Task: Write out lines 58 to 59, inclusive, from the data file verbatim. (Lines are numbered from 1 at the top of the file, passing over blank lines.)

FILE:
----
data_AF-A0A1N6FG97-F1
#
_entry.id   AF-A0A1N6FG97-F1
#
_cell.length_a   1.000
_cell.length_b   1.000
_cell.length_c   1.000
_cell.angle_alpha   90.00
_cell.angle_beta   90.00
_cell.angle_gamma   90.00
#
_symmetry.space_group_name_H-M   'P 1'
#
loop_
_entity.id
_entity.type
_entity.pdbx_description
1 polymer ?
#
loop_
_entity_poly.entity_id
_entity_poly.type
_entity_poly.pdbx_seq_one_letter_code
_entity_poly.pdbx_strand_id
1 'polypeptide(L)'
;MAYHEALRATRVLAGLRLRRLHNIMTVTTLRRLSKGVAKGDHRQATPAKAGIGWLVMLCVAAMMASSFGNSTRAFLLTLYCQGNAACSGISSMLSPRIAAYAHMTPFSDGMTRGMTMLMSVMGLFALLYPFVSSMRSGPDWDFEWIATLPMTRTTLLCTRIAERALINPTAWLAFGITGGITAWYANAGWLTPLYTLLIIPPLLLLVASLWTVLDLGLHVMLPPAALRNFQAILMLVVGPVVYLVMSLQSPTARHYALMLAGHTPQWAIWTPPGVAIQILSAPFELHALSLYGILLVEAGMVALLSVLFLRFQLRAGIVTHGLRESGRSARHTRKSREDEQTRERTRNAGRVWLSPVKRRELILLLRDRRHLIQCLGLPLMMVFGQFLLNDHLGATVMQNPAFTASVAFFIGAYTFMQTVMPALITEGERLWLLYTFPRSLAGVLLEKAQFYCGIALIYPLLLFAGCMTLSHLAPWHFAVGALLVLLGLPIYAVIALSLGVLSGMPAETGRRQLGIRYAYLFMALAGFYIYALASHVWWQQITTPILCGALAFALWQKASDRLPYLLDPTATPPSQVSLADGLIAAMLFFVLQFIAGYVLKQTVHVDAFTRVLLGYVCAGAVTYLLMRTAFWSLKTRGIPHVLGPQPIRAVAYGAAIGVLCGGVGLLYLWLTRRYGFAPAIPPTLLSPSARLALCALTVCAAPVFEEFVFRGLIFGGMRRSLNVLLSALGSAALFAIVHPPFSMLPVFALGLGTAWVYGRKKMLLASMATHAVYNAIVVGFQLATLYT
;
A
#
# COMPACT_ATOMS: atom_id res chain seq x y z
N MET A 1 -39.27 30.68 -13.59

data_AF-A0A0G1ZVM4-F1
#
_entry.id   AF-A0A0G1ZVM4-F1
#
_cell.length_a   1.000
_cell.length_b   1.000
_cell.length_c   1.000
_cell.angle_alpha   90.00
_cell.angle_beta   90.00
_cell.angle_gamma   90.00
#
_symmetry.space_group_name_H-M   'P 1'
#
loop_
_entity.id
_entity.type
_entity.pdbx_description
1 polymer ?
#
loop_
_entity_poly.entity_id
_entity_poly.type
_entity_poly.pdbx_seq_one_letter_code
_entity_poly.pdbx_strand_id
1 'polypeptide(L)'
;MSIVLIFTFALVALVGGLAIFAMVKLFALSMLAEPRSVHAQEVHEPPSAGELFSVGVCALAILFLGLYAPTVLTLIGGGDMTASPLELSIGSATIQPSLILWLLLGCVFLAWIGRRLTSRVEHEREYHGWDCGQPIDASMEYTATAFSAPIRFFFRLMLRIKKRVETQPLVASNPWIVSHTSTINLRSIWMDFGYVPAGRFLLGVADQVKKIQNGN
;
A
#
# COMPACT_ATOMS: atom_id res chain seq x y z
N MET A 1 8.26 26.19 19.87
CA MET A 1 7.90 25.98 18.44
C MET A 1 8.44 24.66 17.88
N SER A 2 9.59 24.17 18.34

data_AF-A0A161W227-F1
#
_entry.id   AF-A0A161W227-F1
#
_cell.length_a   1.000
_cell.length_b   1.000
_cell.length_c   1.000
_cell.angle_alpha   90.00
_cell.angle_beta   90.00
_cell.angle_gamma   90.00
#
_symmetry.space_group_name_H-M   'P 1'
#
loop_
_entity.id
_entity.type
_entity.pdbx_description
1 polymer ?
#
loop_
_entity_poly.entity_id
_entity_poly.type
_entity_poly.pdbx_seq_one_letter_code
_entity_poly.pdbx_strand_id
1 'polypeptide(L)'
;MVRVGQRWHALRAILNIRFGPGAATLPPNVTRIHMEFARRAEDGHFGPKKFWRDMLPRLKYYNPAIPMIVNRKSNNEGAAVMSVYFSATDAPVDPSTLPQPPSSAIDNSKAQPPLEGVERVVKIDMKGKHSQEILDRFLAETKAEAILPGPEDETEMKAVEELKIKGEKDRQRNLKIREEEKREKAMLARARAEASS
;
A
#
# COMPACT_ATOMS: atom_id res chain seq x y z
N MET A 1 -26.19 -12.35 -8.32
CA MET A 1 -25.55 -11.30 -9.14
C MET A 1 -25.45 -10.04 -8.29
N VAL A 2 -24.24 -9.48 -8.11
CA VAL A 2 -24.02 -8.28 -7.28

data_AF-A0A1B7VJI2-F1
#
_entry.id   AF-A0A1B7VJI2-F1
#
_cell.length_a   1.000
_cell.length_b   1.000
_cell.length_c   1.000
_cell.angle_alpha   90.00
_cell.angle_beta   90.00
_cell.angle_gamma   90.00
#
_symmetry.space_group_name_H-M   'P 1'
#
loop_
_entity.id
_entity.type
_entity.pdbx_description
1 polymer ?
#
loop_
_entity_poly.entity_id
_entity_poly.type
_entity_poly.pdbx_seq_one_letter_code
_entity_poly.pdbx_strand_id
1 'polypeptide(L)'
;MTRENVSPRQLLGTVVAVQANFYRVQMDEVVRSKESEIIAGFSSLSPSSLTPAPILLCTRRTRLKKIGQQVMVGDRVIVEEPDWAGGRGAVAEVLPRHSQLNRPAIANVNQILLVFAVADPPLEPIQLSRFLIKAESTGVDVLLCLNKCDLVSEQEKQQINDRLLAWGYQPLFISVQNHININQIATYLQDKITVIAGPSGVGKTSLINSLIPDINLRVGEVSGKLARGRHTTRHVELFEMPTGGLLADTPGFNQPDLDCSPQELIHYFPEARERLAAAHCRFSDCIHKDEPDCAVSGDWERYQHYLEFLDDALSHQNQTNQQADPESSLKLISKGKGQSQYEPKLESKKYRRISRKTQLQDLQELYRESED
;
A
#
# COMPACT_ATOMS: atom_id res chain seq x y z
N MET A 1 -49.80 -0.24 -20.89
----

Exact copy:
;
A